It's easy to take the internal drive OUT, put it into a USB3 enclosure, and keep using it that way. Just get a Phillips #00 driver and take the screws off the back panel. The drive can be lifted out and disconnected. You can use either a Torx T-6 to take the "nubs" off the sides of the drive -- or, VERY GENTLY do this with a pair of needle-nosed pliers.

Also, by taking out the drive, you can easily connect it to the new MacBook and use this to migrate your data when you set up the new one.
 

R5152

macrumors newbie
Original poster
May 18, 2020
13
1
A 2012 is unlikely to be worth the repair costs. Replacing the CPU is probably more expensive than replacing the mainboard. Would likely be cheaper to just buy a used 2012 from somewhere than to repair it. And incredibly unlikely that it’s a manufacturing defect - it’s been 9 years almost.
I've actually thought of buying the same MacBook, but used. Even thought about 15" (same mid 2012, same non-retina).

The initial idea about mine, before it died, was to upgrade it with a new SSD, RAM and OptiBay. Now I would have to buy an old used machine and upgrades (plus having dead MacBook laying around). Besides, there is always a risk of buying some junk online (eBay, etc.).

So, overall, I would not want this option. I mean, a used MacBook with upgrades will not cost less than $500. So maybe in my case it would be more rational just to add some money and buy a brand new one?
[automerge]1591805246[/automerge]
Sometimes all you have to do is to re-connect the Magsafe as it is magnetic and not always makes a good contact(especially if there is a dust build up). I hope that this repair shop did not come up with the "short circuit" thing just so they can charge you something. Those old unibody models are pretty much bulletproof. I am sure that my Late 2008 MacBook will take me right into the ARM era without even breaking a sweat.
I've checked the port many times and, honestly, I doubt that there is something with it. And battery indicator on the left side also doesn't work, so I guess it's something else.

Those who fixed the short circuit issue didn't charge me at all since they couldn't bring it back to life. They offered me a logic board replacement for ~$460. In theory I can replace it myself, though it would not cost less than $300.

Ideally, I would rather repair it than replace it. Thus, I can proceed with an upgrade (SSD, RAM, OptiBay) and don't have to think about reliability of the new (used) logic board.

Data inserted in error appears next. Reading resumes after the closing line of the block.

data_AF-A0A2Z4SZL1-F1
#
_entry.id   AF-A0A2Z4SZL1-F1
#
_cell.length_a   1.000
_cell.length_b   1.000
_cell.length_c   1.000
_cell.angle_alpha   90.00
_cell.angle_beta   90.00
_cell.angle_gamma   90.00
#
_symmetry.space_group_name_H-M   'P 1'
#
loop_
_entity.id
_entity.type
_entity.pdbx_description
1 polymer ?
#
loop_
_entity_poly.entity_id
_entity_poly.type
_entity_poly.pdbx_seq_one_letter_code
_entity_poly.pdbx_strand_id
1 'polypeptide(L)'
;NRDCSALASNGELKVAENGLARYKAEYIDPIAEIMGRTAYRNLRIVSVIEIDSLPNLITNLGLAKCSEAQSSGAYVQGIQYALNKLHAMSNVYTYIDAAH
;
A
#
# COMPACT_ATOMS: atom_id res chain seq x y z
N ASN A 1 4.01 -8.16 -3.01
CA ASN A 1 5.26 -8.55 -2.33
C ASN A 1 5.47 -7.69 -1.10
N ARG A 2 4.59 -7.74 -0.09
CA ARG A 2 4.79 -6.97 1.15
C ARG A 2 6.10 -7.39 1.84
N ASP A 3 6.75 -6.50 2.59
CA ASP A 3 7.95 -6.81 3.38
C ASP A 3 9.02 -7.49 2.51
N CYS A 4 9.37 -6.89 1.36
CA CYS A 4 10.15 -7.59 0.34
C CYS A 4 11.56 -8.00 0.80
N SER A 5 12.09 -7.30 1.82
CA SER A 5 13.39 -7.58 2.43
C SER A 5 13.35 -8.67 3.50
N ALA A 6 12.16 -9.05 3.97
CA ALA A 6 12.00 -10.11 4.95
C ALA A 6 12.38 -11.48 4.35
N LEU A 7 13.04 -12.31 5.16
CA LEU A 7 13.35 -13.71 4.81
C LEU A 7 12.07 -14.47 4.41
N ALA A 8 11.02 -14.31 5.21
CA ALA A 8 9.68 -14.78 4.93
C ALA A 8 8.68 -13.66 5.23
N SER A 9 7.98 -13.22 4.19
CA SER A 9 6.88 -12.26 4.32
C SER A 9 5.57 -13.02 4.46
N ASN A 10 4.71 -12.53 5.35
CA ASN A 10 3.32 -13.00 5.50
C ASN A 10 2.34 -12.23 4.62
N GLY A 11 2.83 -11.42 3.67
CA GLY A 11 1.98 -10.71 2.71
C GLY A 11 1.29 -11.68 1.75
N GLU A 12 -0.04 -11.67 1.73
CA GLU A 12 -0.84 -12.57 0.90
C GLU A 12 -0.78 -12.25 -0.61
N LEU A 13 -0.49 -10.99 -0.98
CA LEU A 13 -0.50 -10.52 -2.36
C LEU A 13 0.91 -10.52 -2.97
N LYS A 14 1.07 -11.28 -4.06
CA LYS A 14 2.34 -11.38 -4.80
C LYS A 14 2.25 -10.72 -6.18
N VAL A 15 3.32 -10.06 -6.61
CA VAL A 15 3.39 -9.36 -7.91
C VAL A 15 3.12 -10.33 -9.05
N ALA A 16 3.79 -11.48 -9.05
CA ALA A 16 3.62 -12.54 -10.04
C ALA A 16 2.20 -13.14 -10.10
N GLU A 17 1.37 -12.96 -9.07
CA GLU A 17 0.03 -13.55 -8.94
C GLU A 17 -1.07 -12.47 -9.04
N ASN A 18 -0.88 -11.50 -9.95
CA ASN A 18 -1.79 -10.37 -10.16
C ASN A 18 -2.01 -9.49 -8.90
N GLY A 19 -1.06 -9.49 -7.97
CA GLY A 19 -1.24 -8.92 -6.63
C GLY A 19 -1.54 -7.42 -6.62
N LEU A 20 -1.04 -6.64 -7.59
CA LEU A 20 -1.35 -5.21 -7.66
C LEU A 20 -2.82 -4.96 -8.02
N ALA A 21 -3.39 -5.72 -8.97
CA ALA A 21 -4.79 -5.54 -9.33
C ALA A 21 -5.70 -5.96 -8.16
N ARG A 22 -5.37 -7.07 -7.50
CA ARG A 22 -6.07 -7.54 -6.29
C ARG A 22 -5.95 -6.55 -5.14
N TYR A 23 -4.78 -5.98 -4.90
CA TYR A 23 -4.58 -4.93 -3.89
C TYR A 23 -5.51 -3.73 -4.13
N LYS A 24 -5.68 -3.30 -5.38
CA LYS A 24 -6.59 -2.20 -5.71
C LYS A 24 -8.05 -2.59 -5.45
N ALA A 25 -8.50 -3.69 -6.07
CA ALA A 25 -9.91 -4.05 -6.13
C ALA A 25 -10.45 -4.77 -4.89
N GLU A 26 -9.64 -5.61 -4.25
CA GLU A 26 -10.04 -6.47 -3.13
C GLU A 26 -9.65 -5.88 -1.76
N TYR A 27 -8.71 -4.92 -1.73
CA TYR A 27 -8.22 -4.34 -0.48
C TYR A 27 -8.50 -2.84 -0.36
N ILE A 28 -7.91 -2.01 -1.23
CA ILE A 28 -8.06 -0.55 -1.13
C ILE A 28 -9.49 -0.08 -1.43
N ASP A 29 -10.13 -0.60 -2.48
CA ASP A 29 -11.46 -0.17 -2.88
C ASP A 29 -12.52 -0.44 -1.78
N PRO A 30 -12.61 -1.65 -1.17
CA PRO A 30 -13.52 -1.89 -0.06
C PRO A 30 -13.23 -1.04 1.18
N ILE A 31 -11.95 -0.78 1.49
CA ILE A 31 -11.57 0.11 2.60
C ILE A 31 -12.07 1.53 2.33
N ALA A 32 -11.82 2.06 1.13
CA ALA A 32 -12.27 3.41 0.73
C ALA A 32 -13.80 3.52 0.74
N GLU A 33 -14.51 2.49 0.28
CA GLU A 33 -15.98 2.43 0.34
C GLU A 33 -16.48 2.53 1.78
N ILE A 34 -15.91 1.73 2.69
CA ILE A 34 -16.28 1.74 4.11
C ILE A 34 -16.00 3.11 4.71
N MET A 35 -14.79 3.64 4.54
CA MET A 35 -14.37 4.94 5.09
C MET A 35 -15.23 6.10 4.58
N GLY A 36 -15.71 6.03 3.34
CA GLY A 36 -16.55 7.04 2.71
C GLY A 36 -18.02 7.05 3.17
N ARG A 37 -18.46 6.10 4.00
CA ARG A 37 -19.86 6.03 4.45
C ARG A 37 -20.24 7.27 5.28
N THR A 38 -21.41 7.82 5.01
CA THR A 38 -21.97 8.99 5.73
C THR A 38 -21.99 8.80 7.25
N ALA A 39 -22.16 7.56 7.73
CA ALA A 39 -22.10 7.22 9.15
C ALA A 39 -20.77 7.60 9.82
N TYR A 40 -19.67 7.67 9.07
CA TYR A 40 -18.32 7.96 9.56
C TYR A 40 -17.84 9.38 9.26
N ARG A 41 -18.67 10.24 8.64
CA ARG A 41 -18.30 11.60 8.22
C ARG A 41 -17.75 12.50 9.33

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R5152

macrumors newbie
Original poster
May 18, 2020
13
1
I wonder if it may be a dead MagSafe board or bad power connection.

Was the MacBook ever dropped or exposed to liquid?
No, it wasn't dropped or exposed to liquid.

Everything happened right after I replaced MacBook's HDD connector. It just didn't start after this.
 

cmaier

macrumors Core
Jul 25, 2007
19,767
20,868
California
I've actually thought of buying the same MacBook, but used. Even thought about 15" (same mid 2012, same non-retina).

The initial idea about mine, before it died, was to upgrade it with a new SSD, RAM and OptiBay. Now I would have to buy an old used machine and upgrades (plus having dead MacBook laying around). Besides, there is always a risk of buying some junk online (eBay, etc.).

So, overall, I would not want this option. I mean, a used MacBook with upgrades will not cost less than $500. So maybe in my case it would be more rational just to add some money and buy a brand new one?
[automerge]1591805246[/automerge]

I've checked the port many times and, honestly, I doubt that there is something with it. And battery indicator on the left side also doesn't work, so I guess it's something else.

Those who fixed the short circuit issue didn't charge me at all since they couldn't bring it back to life. They offered me a logic board replacement for ~$460. In theory I can replace it myself, though it would not cost less than $300.

Ideally, I would rather repair it than replace it. Thus, I can proceed with an upgrade (SSD, RAM, OptiBay) and don't have to think about reliability of the new (used) logic board.

Investing $460 + those other upgrades for a 2012 machine doesn't make any sense in my opinion. If you're worried about eBay, etc. look here:


Very reputable Apple-focussed company that's been around for years.

You can get a late 2013 13" MBP for $519. An early 2015 is around $800.
 

R5152

macrumors newbie
Original poster
May 18, 2020
13
1
At 8 years old, it might be time to consider a replacement. The new 2020 13" MacBook Pro would be a good choice.